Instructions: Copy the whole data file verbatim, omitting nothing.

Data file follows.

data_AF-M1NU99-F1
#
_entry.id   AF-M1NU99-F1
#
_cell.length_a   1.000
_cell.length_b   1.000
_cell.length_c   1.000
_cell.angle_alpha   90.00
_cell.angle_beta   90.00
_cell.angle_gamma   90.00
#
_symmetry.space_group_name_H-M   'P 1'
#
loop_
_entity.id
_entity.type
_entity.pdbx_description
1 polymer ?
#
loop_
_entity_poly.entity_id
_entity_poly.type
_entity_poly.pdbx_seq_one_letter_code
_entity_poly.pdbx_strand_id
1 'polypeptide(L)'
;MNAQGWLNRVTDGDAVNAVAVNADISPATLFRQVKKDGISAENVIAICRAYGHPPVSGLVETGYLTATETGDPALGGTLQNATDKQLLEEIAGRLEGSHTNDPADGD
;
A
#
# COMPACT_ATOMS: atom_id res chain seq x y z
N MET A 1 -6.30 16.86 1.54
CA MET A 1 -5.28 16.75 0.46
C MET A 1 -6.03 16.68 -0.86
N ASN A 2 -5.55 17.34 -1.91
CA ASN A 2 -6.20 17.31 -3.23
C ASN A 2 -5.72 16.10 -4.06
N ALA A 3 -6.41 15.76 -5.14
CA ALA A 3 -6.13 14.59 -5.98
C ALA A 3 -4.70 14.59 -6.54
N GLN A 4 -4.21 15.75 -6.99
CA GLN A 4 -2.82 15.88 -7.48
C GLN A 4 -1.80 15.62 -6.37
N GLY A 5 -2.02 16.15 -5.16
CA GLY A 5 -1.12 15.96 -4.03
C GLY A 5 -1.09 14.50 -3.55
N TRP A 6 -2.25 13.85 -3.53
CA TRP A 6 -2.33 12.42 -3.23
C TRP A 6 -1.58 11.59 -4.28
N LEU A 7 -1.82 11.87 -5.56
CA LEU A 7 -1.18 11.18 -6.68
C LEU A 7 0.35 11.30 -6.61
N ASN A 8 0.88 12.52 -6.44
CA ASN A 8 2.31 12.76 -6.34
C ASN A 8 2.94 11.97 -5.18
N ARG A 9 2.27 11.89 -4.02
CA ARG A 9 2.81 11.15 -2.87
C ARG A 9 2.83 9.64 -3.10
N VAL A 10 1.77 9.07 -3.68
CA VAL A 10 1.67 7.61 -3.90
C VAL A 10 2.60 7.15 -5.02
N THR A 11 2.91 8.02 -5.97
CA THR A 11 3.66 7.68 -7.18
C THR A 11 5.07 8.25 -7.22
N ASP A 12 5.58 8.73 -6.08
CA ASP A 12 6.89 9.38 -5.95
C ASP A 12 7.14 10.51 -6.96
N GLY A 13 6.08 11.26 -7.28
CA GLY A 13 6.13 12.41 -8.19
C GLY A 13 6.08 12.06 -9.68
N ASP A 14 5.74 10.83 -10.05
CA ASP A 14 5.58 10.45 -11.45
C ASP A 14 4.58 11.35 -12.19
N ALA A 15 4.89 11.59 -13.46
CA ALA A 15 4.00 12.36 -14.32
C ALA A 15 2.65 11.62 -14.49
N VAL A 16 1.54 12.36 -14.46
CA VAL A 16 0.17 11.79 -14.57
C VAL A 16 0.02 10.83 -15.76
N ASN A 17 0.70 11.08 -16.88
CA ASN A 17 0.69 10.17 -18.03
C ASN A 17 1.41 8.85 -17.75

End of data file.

data_AF-M1NU99-F1
#
_entry.id   AF-M1NU99-F1
#
_cell.length_a   1.000
_cell.length_b   1.000
_cell.length_c   1.000
_cell.angle_alpha   90.00
_cell.angle_beta   90.00
_cell.angle_gamma   90.00
#
_symmetry.space_group_name_H-M   'P 1'
#
loop_
_entity.id
_entity.type
_entity.pdbx_description
1 polymer ?
#
loop_
_entity_poly.entity_id
_entity_poly.type
_entity_poly.pdbx_seq_one_letter_code
_entity_poly.pdbx_strand_id
1 'polypeptide(L)'
;MNAQGWLNRVTDGDAVNAVAVNADISPATLFRQVKKDGISAENVIAICRAYGHPPVSGLVETGYLTATETGDPALGGTLQNATDKQLLEEIAGRLEGSHTNDPADGD
;
A
#
# COMPACT_ATOMS: atom_id res chain seq x y z
N MET A 1 -6.30 16.86 1.54
CA MET A 1 -5.28 16.75 0.46
C MET A 1 -6.03 16.68 -0.86
N ASN A 2 -5.55 17.34 -1.91
CA ASN A 2 -6.20 17.31 -3.23
C ASN A 2 -5.72 16.10 -4.06
N ALA A 3 -6.41 15.76 -5.14
CA ALA A 3 -6.13 14.59 -5.98
C ALA A 3 -4.70 14.59 -6.54
N GLN A 4 -4.21 15.75 -6.99
CA GLN A 4 -2.82 15.88 -7.48
C GLN A 4 -1.80 15.62 -6.37
N GLY A 5 -2.02 16.15 -5.16
CA GLY A 5 -1.12 15.96 -4.03
C GLY A 5 -1.09 14.50 -3.55
N TRP A 6 -2.25 13.85 -3.53
CA TRP A 6 -2.33 12.42 -3.23
C TRP A 6 -1.58 11.59 -4.28
N LEU A 7 -1.82 11.87 -5.56
CA LEU A 7 -1.18 11.18 -6.68
C LEU A 7 0.35 11.30 -6.61
N ASN A 8 0.88 12.52 -6.44
CA ASN A 8 2.31 12.76 -6.34
C ASN A 8 2.94 11.97 -5.18
N ARG A 9 2.27 11.89 -4.02
CA ARG A 9 2.81 11.15 -2.87
C ARG A 9 2.83 9.64 -3.10
N VAL A 10 1.77 9.07 -3.68
CA VAL A 10 1.67 7.61 -3.90
C VAL A 10 2.60 7.15 -5.02
N THR A 11 2.91 8.02 -5.97
CA THR A 11 3.66 7.68 -7.18
C THR A 11 5.07 8.25 -7.22
N ASP A 12 5.58 8.73 -6.08
CA ASP A 12 6.89 9.38 -5.95
C ASP A 12 7.14 10.51 -6.96
N GLY A 13 6.08 11.26 -7.28
CA GLY A 13 6.13 12.41 -8.19
C GLY A 13 6.08 12.06 -9.68
N ASP A 14 5.74 10.83 -10.05
CA ASP A 14 5.58 10.45 -11.45
C ASP A 14 4.58 11.35 -12.19
N ALA A 15 4.89 11.59 -13.46
CA ALA A 15 4.00 12.36 -14.32
C ALA A 15 2.65 11.62 -14.49
N VAL A 16 1.54 12.36 -14.46
CA VAL A 16 0.17 11.79 -14.57
C VAL A 16 0.02 10.83 -15.76
N ASN A 17 0.70 11.08 -16.88
CA ASN A 17 0.69 10.17 -18.03
C ASN A 17 1.41 8.85 -17.75